As a staunch believer in the sun’s energy as the most efficient way to grow vibrant medicine, we are limited by the biology of the plant and the rhythm of the seasons. Most areas of our country simply get too cold to effectively grow Dagga outdoors and for us in the Western Cape’s winter rainfall areas, it can get miserable for the outdoorsman. Our desire to learn more about this amazing plant keeps us growing, however, and through the years we have learned some hacks to squeeze in that third outdoor crop before the longer days of spring forces the plant into re-veg.
If you are in an area with milder weather, very little frost, and good sunshine through the late winter months, nothing prevents you from squeezing in another grow before spring. And late winter means that the days are slowly lengthening as our plants’ flower cycle unfolds, hitting the desired DLI levels towards the end of flowering. We often use the winter months for our first level of strain selection and are always amazed at the data that we generate from it. The quality of the flower is often as incredible, even though the yield may be lower. To achieve this, you need to learn some tricks, and we are happy to share a few.
First, you need access to ready-to-flower plants that have vegged out for at least 6 weeks. This used to only be possible if you dedicated time and an area with supplemental lighting to be used through autumn and winter for the supply of ready-to-flower plants. Nowadays, there are nurseries that do the work for you, and at Dagga Farmacy, we pride ourselves in always having ready-to-flower plants available for the courageous grower wanting to venture into the brave frontier of out-of-season growing.
Strain selection is important, and even though you want to ideally go for the shorter-flowering indica types, there are some sativas that give excellent results in winter, especially those derived from landrace strains out of mountainous areas. Experience is key here and our guidance can only take you that far, you must find what works in your garden.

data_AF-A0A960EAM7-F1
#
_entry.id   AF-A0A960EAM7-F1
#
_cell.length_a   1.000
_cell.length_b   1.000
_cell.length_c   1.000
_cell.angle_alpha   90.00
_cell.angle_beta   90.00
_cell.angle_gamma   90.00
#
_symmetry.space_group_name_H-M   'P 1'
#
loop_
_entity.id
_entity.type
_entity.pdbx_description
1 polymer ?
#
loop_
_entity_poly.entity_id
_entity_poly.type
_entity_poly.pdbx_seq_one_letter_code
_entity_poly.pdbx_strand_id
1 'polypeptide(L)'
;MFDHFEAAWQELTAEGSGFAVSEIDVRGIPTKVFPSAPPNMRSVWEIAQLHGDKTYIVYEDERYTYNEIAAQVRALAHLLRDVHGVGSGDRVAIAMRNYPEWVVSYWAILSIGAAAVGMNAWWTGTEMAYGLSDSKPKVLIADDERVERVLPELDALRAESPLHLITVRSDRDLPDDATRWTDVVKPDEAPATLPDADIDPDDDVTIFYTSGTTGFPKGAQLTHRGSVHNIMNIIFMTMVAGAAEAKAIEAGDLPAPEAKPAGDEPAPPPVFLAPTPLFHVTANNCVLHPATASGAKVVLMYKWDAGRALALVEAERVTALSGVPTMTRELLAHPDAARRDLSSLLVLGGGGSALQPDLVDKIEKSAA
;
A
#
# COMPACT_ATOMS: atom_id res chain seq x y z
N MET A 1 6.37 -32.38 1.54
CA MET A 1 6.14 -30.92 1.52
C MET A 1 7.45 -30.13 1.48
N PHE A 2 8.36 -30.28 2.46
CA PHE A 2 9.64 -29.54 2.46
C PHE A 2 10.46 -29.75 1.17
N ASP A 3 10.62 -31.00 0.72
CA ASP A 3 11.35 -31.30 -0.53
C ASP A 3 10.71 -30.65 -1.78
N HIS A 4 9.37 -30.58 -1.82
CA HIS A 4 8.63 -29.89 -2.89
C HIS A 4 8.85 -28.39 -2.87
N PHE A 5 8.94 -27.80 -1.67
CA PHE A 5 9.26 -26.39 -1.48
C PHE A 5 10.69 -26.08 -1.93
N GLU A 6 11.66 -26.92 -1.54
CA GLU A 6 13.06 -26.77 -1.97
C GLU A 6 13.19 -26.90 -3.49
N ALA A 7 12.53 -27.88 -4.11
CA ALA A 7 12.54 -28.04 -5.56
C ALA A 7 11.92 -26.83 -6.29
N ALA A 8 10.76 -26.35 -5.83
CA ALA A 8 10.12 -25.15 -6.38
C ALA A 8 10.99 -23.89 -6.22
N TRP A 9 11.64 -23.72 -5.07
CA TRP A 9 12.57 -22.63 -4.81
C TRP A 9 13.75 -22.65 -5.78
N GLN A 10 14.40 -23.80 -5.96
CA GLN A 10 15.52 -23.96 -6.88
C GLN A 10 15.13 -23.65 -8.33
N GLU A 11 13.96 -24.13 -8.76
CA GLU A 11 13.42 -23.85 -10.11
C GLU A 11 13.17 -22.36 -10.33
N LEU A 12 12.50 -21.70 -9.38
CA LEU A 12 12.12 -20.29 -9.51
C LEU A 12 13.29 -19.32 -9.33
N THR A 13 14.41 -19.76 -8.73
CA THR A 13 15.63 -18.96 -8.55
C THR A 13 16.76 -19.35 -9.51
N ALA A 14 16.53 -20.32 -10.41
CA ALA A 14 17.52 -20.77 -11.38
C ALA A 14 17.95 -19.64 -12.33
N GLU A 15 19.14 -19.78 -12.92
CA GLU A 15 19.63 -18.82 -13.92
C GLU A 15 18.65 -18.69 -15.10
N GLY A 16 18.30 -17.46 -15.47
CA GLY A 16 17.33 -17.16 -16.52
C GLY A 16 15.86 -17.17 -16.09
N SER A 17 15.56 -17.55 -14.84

Find the sunniest spot in your garden and make sure there is no light leak from flood lights or windows. The soil will probably be quite soft and does not need to be worked beyond the digging of the holes and the addition of some amendments. Limit those to what the plant needs now and it must not contain high amounts of nitrogen. The addition of a good source of microbes, molasses and matured compost will generate the life and heat in the soil we need now.
Mulching with a thick layer of straw or leaf litter will further help in feeding microbial activity in the soil while preserving heat. We feed our soil weekly with a weak nutrient solution that is chelated in fulvic acid and balanced with the addition of microbes and a sugar source. In overcast conditions, we found that foliar application of fulvic acid aids photosynthesis. Foliar silica strengthens the cell structure and brings weather and pest resilience. We use less magnesium in winter than in summer. Pests and diseases are less of a problem in the colder months, but you need to watch out for botrytis rot. Curative sprays contain copper and does have a withholding period before harvest. Other problems are best kept at bay by preventative measures and growing healthy plants that receive what they need from their environment.
We are so excited about getting our members growing this winter that we are running a special on some ready-to-flower medium and large plants. We are also offering 10% discount on all our nutrients when bought with your plant adoption to help you get the most from your grow. Advice is free and our team is ready to guide you through the coming months.